While debate will rage on between Messi and Ronaldo enthusiasts, or more cringingly 'fanboys', it is the former who is widely regarded as being the finest player of his generation. With a record four Ballon d'Or wins to his name (soon to be five), the most goals and assists in La Liga history and the record for the most goals in both a season and a calendar year ever, Lionel Messi is a force of nature.
For years players were described as the 'next Pele' or the 'new Maradona', but with today's crop, it is the 'new' or 'next' Messi that is most commonly heard. Sometimes the phrase is simply used to mean an excellent and exciting young player who is touted for greatness. On other occasions it is a more detailed comparison based on size, style of play and origin. Several La Masia graduates, for example, have been given the title.
Hundreds, if not thousands of people have been given a nickname that involves some reference to Messi. Often these are very young players, sometimes under the age of 10. This list though is only in reference to those who are professional footballers playing at a decent or notable level. Some have flopped while others have gone on to greatness. Here are the top 15 players who were dubbed 'the new Messi'.
15 Sardar Azmoun - The Iranian Messi
14 Mazinho - The Black Messi
Diminutive forward Mazinho picked up his likening to the Argentine maestro while playing lower league football in Brazil for Oeste in his mid 20s. His impressive form at Oeste earned him a move to Palmeiras. Mazinho scored 7 goals in 17 games for the Sao Paulo outfit in his opening season, but has been loaned out every season since.
13 Osvaldo - Messi of the North East
12 Giannis Fetfatzidis - The Greek Messi
11 Gai Assulin - The New Messi
Israeli winger Gai Assulin was long considered a hot prospect and one of the great hopes of Israeli football. Nicknamed 'the new Messi', while on the books at Barcelona, the club he joined as a 12-year-old, Assulin spent seven years at the club; four graduating from La Masia academy, two with Barcelona B and one in the first team, where he played one game in the Copa del Rey.
10 Walid Soliman - The Egyptian Messi
9 Marco Rojas - The Kiwi Messi
In a country with almost no interest in the game of football, New Zealand have unsurprisingly failed to produce many quality players, with Winston Reid and Chris Wood their most notable exports. Marco Rojas, nicknamed 'the Kiwi Messi' deserves a mention alongside those two more famous names though, as another star of the All Whites national team.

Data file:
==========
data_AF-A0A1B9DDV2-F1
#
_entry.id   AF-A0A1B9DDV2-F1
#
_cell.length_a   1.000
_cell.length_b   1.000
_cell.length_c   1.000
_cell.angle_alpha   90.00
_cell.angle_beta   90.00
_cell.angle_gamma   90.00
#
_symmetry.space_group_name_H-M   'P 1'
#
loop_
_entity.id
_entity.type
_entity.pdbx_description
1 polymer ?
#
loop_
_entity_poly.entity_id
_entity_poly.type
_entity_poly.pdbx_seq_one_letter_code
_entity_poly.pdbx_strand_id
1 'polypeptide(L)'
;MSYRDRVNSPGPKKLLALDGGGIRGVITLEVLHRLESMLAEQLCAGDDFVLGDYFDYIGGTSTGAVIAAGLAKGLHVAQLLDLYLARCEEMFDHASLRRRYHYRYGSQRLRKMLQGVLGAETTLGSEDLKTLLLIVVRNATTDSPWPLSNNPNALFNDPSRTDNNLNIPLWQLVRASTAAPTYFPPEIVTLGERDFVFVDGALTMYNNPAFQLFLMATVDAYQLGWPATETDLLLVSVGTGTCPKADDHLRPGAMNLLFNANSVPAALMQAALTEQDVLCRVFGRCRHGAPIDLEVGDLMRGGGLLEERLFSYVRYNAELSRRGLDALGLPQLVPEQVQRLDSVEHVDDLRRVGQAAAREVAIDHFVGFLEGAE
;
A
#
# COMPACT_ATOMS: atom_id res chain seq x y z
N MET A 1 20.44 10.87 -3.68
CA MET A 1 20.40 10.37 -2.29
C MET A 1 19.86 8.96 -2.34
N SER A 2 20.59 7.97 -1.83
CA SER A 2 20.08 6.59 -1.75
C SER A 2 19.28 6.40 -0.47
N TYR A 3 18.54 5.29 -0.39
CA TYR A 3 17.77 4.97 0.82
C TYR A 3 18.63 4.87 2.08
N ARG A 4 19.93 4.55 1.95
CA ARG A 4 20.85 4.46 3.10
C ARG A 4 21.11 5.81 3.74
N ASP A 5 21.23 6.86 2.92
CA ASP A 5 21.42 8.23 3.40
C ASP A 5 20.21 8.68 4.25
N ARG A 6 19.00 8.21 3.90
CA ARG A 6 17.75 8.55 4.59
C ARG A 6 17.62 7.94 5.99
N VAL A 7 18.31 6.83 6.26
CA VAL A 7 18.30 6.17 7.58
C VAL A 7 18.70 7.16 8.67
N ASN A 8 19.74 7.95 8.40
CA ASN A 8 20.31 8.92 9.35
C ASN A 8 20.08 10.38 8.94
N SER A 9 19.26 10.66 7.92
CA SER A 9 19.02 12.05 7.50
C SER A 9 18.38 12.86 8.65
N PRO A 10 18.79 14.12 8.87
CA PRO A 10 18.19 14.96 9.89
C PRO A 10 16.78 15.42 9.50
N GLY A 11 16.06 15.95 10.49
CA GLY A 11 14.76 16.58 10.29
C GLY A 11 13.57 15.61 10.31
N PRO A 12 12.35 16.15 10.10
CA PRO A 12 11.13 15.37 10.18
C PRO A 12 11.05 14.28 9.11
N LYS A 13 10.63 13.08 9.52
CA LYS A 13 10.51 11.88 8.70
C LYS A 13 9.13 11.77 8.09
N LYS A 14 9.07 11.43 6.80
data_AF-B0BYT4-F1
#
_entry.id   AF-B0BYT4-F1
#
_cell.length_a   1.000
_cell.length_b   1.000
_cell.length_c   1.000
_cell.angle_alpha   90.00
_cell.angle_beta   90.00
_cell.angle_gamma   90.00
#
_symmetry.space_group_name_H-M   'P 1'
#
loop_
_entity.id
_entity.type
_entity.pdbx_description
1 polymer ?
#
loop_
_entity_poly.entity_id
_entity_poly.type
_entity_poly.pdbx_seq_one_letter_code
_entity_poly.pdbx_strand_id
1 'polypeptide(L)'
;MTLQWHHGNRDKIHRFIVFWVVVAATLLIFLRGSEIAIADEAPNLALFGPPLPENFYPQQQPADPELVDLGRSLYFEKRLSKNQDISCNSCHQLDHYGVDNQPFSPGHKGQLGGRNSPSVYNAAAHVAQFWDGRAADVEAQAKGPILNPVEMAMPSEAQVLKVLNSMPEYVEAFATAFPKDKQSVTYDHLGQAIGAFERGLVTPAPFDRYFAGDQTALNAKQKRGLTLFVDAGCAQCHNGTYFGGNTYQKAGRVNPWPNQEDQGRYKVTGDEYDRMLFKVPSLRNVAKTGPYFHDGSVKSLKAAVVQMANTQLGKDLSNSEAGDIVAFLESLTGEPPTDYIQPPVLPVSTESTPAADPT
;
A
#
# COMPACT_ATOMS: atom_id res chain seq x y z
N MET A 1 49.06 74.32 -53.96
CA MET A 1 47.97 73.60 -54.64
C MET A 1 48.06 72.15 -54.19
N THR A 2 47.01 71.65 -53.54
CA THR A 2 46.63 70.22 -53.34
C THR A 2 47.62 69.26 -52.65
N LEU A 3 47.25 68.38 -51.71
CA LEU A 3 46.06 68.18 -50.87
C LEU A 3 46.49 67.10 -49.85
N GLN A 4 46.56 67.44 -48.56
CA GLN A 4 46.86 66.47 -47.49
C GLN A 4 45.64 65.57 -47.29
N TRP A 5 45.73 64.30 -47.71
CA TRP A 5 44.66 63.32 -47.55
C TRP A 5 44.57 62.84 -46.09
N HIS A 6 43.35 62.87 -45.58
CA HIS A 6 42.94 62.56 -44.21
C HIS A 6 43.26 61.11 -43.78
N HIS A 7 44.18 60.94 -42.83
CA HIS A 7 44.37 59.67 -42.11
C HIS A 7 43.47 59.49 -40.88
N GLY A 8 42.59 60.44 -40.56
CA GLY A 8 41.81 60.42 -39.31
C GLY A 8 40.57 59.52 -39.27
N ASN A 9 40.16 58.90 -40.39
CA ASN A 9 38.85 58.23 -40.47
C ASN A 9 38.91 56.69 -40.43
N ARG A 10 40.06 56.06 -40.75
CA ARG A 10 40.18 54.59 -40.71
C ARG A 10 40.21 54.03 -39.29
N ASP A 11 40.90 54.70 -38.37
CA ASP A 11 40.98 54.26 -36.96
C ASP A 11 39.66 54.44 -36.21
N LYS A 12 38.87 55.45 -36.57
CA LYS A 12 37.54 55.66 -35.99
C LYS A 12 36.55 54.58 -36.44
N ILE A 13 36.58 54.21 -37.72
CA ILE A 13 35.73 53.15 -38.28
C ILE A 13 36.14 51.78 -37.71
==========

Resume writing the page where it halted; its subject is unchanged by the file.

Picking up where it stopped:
8 Jose Angel Pozo - The Mini Messi
Capable of playing as either an attacking midfielder or as a forward, Jose Angel Pozo began his career at Real Madrid, where he spent five years before joining Manchester City. Highly-regarded at Man City, Pozo played five games for the club and scored 2 goals, but made the decision to leave England in 2015, signing a five-year deal with Almeria.
7 Lee Seung-woo - The Korean Messi
An extremely highly-regarded youngster, Lee Seung-woo is one of the hottest prospects in the La Masia academy at Barcelona right now. The lack of quality players from Korea, and Asia in general, mean the hype around Seung-woo has been further intensified. Barcelona did everything in their power to bring the player to Catalonia in 2011, then aged only 13, from Korean side Incheon United.
6 Ryan Gauld - The Baby Messi
5 Christian Atsu - The African Messi
Chelsea winger Christian Atsu seems to have been considered a future star for a long time now, but the wide man is now 24 and yet to really pin his talents down. His last two loan moves at Everton and Bournemouth have both seen limited game time and ended in failure, with the Ghanaian being recalled to Chelsea this January.
4 Alan Dzagoev - The Russian Messi
3 Juankirk Iturbe - The Paraguayan Messi
Juan Iturbe will try his hand at playing in the Premier League for the second half of this season, having joined Bournemouth on-loan from Roma this January. The 'Paraguayan Messi' or the 'new Messi', both of which have been used to describe Iturbe, are comparisons which came about due to both being talented, diminutive Argentine forwards.
2 Lorenzo Insigne - The Italian Messi
First described as 'the Italian Messi' by the Macedonia captain and former Napoli teammate Goran Pandev, Lorenzo Insigne has lived up to the hype somewhat more than most on this list. Aged 24, he has played more than 200 games already, and almost 250 for Napoli. At the age of 20 he scored 20 goals in 38 games on-loan in Serie B, and is currently having his best season for Napoli, having scored 7 goals in 13 games. An impressive goal scoring record given Insigne is deployed largely on the wing, and sometimes as an attacking midfielder.
1 Mario Gotze - The German Messi
By far the most talented and decorated player on this list, Mario Gotze has even done some things Lionel Messi has not. Touted as a potential star of the future from a young age, unlike may on this list, Gotze has not disappointed. At 17, he made his debut for Borussia Dortmund. At 18, he was called up to the German national team. The same year, he was described by Matthias Sammer as "one of the best talents Germany has ever had." At 19 he was a first team regular in a side that had won the Bundesliga. Then, aged 22, already a two-time Bundesliga winner and a Champions League finalist, came Gotze's greatest moment in the game to date.
Introduced as an 88th minute substitute in the World Cup final between Argentina and Germany, Joachim Löw said to Gotze, "Show the world you are better than Messi and can decide the World Cup." Gotze did decide the World Cup. A 113th minute volley was enough to secure Germany their fourth World Cup success, and Gotze was a baby-faced hero. It was Franz Beckenbauer who first described Gotze as 'the German Messi', and half a decade on, Gotze is certainly the best candidate to be likened to the Argentina superstar.
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